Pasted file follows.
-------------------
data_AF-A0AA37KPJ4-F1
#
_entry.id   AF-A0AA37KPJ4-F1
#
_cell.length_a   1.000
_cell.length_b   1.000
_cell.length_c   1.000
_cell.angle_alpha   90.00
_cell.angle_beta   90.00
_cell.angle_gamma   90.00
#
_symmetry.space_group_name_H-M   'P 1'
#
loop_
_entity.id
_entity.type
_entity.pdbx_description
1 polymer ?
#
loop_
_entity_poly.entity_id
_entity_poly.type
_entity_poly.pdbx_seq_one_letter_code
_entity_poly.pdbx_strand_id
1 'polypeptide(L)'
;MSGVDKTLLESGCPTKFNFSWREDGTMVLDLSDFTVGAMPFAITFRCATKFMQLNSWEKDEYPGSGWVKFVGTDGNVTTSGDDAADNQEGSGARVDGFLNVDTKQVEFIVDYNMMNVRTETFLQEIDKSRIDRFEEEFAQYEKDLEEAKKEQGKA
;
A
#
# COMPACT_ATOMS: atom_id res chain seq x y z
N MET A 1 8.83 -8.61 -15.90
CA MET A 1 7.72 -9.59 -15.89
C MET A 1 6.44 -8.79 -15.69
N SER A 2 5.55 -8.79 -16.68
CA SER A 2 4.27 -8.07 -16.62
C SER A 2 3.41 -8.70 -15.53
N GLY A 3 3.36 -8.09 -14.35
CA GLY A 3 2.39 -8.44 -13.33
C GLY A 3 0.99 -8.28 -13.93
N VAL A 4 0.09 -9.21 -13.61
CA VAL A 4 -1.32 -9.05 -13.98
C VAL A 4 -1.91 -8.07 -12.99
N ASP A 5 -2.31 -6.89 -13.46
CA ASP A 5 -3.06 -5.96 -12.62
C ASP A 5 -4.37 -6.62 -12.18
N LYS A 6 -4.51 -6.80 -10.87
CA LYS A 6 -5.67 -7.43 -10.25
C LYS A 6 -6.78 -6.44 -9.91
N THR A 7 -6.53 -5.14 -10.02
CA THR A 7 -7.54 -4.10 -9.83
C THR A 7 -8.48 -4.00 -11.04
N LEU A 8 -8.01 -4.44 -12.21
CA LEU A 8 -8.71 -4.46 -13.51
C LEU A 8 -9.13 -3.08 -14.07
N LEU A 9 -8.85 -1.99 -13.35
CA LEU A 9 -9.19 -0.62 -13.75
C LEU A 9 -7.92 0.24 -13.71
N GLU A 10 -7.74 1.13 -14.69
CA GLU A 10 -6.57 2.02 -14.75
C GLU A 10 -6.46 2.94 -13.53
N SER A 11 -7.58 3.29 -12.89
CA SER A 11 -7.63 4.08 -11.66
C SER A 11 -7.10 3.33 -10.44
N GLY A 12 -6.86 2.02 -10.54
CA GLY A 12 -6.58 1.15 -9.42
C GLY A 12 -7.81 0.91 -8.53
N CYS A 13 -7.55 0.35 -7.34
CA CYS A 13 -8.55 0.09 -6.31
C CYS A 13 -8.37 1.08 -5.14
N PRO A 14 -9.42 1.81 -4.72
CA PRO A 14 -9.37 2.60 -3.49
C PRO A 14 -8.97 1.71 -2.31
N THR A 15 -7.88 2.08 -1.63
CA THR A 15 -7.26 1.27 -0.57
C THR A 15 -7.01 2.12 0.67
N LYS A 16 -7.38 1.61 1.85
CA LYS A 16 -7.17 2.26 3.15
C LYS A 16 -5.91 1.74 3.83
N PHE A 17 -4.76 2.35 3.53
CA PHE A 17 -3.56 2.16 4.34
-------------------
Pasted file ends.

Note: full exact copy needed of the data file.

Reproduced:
data_AF-A0AA37KPJ4-F1
#
_entry.id   AF-A0AA37KPJ4-F1
#
_cell.length_a   1.000
_cell.length_b   1.000
_cell.length_c   1.000
_cell.angle_alpha   90.00
_cell.angle_beta   90.00
_cell.angle_gamma   90.00
#
_symmetry.space_group_name_H-M   'P 1'
#
loop_
_entity.id
_entity.type
_entity.pdbx_description
1 polymer ?
#
loop_
_entity_poly.entity_id
_entity_poly.type
_entity_poly.pdbx_seq_one_letter_code
_entity_poly.pdbx_strand_id
1 'polypeptide(L)'
;MSGVDKTLLESGCPTKFNFSWREDGTMVLDLSDFTVGAMPFAITFRCATKFMQLNSWEKDEYPGSGWVKFVGTDGNVTTSGDDAADNQEGSGARVDGFLNVDTKQVEFIVDYNMMNVRTETFLQEIDKSRIDRFEEEFAQYEKDLEEAKKEQGKA
;
A
#
# COMPACT_ATOMS: atom_id res chain seq x y z
N MET A 1 8.83 -8.61 -15.90
CA MET A 1 7.72 -9.59 -15.89
C MET A 1 6.44 -8.79 -15.69
N SER A 2 5.55 -8.79 -16.68
CA SER A 2 4.27 -8.07 -16.62
C SER A 2 3.41 -8.70 -15.53
N GLY A 3 3.36 -8.09 -14.35
CA GLY A 3 2.39 -8.44 -13.33
C GLY A 3 0.99 -8.28 -13.93
N VAL A 4 0.09 -9.21 -13.61
CA VAL A 4 -1.32 -9.05 -13.98
C VAL A 4 -1.91 -8.07 -12.99
N ASP A 5 -2.31 -6.89 -13.46
CA ASP A 5 -3.06 -5.96 -12.62
C ASP A 5 -4.37 -6.62 -12.18
N LYS A 6 -4.51 -6.80 -10.87
CA LYS A 6 -5.67 -7.43 -10.25
C LYS A 6 -6.78 -6.44 -9.91
N THR A 7 -6.53 -5.14 -10.02
CA THR A 7 -7.54 -4.10 -9.83
C THR A 7 -8.48 -4.00 -11.04
N LEU A 8 -8.01 -4.44 -12.21
CA LEU A 8 -8.71 -4.46 -13.51
C LEU A 8 -9.13 -3.08 -14.07
N LEU A 9 -8.85 -1.99 -13.35
CA LEU A 9 -9.19 -0.62 -13.75
C LEU A 9 -7.92 0.24 -13.71
N GLU A 10 -7.74 1.13 -14.69
CA GLU A 10 -6.57 2.02 -14.75
C GLU A 10 -6.46 2.94 -13.53
N SER A 11 -7.58 3.29 -12.89
CA SER A 11 -7.63 4.08 -11.66
C SER A 11 -7.10 3.33 -10.44
N GLY A 12 -6.86 2.02 -10.54
CA GLY A 12 -6.58 1.15 -9.42
C GLY A 12 -7.81 0.91 -8.53
N CYS A 13 -7.55 0.35 -7.34
CA CYS A 13 -8.55 0.09 -6.31
C CYS A 13 -8.37 1.08 -5.14
N PRO A 14 -9.42 1.81 -4.72
CA PRO A 14 -9.37 2.60 -3.49
C PRO A 14 -8.97 1.71 -2.31
N THR A 15 -7.88 2.08 -1.63
CA THR A 15 -7.26 1.27 -0.57
C THR A 15 -7.01 2.12 0.67
N LYS A 16 -7.38 1.61 1.85
CA LYS A 16 -7.17 2.26 3.15
C LYS A 16 -5.91 1.74 3.83
N PHE A 17 -4.76 2.35 3.53
CA PHE A 17 -3.56 2.16 4.34